Sorted header abstract pattern
Sort my 6 Steps Tools Guides Blog Moreabout Sorted
Search Icon search small

back iconBack

Start here

Sort my...
A man and woman are walking together outdoors and looking happy

back iconBack

Start here

6 steps to get your money Sorted
6 steps to get your money Sorted

back iconBack

All tools


back iconBack

View all

back iconBack

View all

back iconBack

More Sorted Info

View all


Budgeting isn't just for bills

3 May 2021
Reading time: 6 minutes

Posted by Kate Reddington , 0 Comments

The thing about budgeting is that the word itself just feels restrictive. Thoughts of counting the cents and saying no to doing fun things with friends come to mind.

But when done right, budgeting can be the total opposite – giving you a plan for your money and making sure you can still spend on the things you want to.

Creating a budget was easier than I thought it would be, and after a few tries, I've found a way to make it work for me. This budget means I can afford to live large – hiking trips, clothes from my favourite ethical brands, supporting my community and nights out with my friends, all completely guilt-free.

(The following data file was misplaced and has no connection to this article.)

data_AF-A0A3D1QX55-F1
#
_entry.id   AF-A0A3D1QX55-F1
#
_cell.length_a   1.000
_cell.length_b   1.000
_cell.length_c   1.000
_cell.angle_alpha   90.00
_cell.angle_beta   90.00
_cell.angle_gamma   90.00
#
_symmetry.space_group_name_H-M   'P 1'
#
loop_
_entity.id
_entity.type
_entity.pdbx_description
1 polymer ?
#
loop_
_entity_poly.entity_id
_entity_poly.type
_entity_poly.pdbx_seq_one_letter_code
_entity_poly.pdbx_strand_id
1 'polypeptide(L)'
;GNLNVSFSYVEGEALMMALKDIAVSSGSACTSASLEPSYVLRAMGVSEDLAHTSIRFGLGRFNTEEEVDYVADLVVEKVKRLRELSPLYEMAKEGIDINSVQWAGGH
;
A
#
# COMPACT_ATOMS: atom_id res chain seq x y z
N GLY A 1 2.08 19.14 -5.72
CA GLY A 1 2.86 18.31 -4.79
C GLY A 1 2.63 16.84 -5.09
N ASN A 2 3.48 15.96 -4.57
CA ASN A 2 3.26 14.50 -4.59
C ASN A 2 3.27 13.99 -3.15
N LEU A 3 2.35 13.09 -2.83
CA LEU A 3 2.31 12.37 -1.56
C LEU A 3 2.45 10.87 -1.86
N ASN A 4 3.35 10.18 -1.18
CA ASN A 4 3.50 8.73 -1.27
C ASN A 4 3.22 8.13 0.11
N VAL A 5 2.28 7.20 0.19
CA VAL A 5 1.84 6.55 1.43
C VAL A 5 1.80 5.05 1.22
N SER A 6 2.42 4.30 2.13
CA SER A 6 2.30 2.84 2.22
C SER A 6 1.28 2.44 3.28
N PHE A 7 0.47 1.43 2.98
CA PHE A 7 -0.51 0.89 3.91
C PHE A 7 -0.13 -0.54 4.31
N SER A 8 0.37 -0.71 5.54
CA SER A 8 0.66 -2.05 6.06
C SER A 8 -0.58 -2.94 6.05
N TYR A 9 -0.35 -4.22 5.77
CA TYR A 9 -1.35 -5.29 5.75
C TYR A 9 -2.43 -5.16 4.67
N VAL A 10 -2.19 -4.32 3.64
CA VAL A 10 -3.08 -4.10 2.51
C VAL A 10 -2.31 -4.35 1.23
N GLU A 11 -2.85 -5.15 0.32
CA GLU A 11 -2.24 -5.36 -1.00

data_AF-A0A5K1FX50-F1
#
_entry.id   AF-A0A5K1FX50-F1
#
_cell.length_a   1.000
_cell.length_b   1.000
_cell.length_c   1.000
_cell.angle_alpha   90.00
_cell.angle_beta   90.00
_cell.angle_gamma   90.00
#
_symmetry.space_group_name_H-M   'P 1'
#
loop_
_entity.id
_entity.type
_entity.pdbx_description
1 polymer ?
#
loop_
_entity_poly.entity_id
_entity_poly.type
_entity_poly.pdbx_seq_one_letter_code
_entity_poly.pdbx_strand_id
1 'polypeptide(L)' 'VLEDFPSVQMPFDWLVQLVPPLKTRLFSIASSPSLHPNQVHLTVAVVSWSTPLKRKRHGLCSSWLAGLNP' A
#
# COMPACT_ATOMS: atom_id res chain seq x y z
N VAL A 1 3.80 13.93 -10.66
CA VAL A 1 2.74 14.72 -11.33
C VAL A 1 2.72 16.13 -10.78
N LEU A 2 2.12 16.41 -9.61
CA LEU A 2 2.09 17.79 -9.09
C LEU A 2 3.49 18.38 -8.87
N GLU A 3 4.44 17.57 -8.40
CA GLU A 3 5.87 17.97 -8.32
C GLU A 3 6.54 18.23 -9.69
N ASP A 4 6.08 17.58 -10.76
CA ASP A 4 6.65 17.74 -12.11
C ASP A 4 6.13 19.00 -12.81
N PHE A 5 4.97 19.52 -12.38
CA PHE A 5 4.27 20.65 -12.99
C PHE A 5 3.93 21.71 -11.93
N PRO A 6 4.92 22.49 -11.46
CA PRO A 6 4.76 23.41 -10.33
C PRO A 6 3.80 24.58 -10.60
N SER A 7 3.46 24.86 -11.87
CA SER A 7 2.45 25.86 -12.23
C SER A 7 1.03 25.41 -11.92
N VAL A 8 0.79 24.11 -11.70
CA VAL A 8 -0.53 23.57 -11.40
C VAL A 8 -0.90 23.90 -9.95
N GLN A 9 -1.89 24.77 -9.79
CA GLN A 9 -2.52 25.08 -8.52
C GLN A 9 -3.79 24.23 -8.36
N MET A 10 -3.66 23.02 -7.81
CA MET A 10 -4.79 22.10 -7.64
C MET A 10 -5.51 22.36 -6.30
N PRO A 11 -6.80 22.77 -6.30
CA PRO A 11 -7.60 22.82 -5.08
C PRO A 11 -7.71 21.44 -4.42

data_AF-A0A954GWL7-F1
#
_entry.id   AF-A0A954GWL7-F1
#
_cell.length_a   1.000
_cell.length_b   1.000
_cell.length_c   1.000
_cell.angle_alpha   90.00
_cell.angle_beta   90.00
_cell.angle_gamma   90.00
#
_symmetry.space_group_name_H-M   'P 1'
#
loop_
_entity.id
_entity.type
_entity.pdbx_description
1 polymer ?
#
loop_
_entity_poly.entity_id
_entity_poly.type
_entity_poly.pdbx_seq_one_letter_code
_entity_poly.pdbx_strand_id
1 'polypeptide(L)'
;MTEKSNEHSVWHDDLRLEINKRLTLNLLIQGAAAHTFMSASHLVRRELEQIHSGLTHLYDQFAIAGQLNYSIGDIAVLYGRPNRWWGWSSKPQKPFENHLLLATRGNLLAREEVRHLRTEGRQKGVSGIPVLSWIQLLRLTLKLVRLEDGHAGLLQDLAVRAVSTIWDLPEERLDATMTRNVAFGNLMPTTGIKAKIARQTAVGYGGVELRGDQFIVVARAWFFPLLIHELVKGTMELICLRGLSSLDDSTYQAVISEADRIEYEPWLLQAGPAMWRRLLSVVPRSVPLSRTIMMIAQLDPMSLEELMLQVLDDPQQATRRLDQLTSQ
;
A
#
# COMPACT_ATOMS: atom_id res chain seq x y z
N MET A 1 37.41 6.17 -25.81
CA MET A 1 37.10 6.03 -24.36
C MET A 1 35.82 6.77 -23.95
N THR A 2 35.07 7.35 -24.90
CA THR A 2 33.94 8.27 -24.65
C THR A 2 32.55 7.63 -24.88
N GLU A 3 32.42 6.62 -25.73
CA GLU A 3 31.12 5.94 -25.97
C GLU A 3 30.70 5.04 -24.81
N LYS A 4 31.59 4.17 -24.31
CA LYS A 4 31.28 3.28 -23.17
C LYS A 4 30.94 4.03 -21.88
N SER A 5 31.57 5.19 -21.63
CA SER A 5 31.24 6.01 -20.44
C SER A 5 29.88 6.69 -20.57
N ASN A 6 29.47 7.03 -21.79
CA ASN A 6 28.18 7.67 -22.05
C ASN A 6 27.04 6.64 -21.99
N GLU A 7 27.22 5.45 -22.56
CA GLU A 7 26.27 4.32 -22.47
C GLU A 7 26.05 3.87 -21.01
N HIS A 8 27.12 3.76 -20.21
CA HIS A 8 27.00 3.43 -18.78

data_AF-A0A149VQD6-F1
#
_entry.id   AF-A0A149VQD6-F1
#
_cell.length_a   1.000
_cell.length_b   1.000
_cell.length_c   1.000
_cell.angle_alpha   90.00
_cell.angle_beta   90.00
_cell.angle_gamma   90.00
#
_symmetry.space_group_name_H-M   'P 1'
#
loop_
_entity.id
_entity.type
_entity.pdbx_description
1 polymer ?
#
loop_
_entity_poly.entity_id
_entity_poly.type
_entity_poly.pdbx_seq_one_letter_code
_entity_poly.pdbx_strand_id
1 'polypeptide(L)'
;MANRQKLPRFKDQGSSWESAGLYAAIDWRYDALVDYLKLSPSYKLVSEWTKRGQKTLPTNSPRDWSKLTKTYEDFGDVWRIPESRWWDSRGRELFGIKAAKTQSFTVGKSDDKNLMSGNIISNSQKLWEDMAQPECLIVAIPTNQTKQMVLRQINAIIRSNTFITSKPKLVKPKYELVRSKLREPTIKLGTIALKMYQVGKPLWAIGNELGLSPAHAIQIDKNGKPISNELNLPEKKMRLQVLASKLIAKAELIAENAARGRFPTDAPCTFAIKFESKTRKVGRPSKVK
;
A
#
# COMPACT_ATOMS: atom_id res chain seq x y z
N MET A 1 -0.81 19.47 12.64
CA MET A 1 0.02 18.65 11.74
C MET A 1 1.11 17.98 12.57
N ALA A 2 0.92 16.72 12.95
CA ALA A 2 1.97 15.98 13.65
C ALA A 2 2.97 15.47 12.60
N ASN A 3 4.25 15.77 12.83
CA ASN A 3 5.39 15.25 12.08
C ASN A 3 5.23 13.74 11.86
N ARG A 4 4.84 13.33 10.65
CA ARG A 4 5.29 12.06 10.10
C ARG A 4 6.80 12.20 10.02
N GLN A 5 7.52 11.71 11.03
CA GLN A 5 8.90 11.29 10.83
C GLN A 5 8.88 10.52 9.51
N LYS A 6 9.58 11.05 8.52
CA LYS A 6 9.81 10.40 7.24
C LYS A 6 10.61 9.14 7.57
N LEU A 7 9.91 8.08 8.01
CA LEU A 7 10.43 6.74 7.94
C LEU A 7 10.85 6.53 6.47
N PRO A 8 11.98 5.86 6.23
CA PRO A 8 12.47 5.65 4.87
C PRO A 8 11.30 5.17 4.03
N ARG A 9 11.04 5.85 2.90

Incorporating luxuries or ‘wants’ into your budget makes spending (and saving!) sustainable. And in my experience, a budget only works if it can be maintained over the long term.

Budgeting for my bills and non-negotiables came first

To kick things off, I started with my non-negotiables, like my bills, rent and car costs. After all, they have to get paid (it’s in the name!).

I divided the yearly total by 26 (I’m paid fortnightly, so this is the number of paydays in a year) and then set up an automatic payment of this amount to go to my bills account each pay. The bill is then automatically paid when it’s due.

My non-negotiables account has a picture I took of a calm beach – it’s how I feel when I know my bills are covered.

My budget still lets me spend

Too often we sit down to create a budget and overestimate the amount we can save, swearing we won’t spend a cent on anything other than necessities during this pay period.

And then the opposite happens – we splurge on anything and everything, ending up with no money left by the next payday. That may be because we’re feeling deprived by the restrictions we’ve put on ourselves!

The key to my budget is that it still lets me spend on my ‘wants’ – there’s just a plan for that spending.

Consider the emotional return to decide which luxuries make the cut

It started with writing down the luxuries that I want to have in my life – adventures, sustainable fashion, gifts, margaritas and supporting causes I care about.

I thought about how much they cost, and how much return on investment I receive. It’s not always about the money! Taking into account the emotional benefits is key – including the anticipation, the event or activity itself, and the memories and connections it creates, as well as the financial, time and energy costs.

I created accounts called things like 'Adventures', 'Gifts’ and 'Fun stuff'. I added pictures of things I love as backgrounds to make each one more real. Seeing money grow towards my favourite things helps me to stay on track.

It may be a luxurious budget, but there’s still a limit